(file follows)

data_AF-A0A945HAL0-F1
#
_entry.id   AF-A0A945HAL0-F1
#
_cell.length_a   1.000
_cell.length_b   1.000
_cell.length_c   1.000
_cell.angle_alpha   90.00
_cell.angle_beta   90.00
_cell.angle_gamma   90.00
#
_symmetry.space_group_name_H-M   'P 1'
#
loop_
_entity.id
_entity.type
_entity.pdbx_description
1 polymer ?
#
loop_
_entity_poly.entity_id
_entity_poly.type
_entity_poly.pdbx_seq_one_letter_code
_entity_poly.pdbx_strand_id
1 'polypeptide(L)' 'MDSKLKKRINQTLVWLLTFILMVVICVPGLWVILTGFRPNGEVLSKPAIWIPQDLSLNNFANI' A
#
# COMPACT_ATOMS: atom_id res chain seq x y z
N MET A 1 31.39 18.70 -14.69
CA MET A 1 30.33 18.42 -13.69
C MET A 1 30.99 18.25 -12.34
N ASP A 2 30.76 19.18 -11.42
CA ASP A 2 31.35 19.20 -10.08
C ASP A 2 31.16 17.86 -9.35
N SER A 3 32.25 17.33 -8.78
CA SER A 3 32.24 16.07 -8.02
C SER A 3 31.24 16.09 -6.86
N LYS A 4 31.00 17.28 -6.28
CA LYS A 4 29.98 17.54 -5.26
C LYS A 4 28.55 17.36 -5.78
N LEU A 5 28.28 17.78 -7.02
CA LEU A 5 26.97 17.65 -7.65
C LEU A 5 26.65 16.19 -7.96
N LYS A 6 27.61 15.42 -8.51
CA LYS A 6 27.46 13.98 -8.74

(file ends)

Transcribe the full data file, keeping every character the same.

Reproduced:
data_AF-A0A945HAL0-F1
#
_entry.id   AF-A0A945HAL0-F1
#
_cell.length_a   1.000
_cell.length_b   1.000
_cell.length_c   1.000
_cell.angle_alpha   90.00
_cell.angle_beta   90.00
_cell.angle_gamma   90.00
#
_symmetry.space_group_name_H-M   'P 1'
#
loop_
_entity.id
_entity.type
_entity.pdbx_description
1 polymer ?
#
loop_
_entity_poly.entity_id
_entity_poly.type
_entity_poly.pdbx_seq_one_letter_code
_entity_poly.pdbx_strand_id
1 'polypeptide(L)' 'MDSKLKKRINQTLVWLLTFILMVVICVPGLWVILTGFRPNGEVLSKPAIWIPQDLSLNNFANI' A
#
# COMPACT_ATOMS: atom_id res chain seq x y z
N MET A 1 31.39 18.70 -14.69
CA MET A 1 30.33 18.42 -13.69
C MET A 1 30.99 18.25 -12.34
N ASP A 2 30.76 19.18 -11.42
CA ASP A 2 31.35 19.20 -10.08
C ASP A 2 31.16 17.86 -9.35
N SER A 3 32.25 17.33 -8.78
CA SER A 3 32.24 16.07 -8.02
C SER A 3 31.24 16.09 -6.86
N LYS A 4 31.00 17.28 -6.28
CA LYS A 4 29.98 17.54 -5.26
C LYS A 4 28.55 17.36 -5.78
N LEU A 5 28.28 17.78 -7.02
CA LEU A 5 26.97 17.65 -7.65
C LEU A 5 26.65 16.19 -7.96
N LYS A 6 27.61 15.42 -8.51
CA LYS A 6 27.46 13.98 -8.74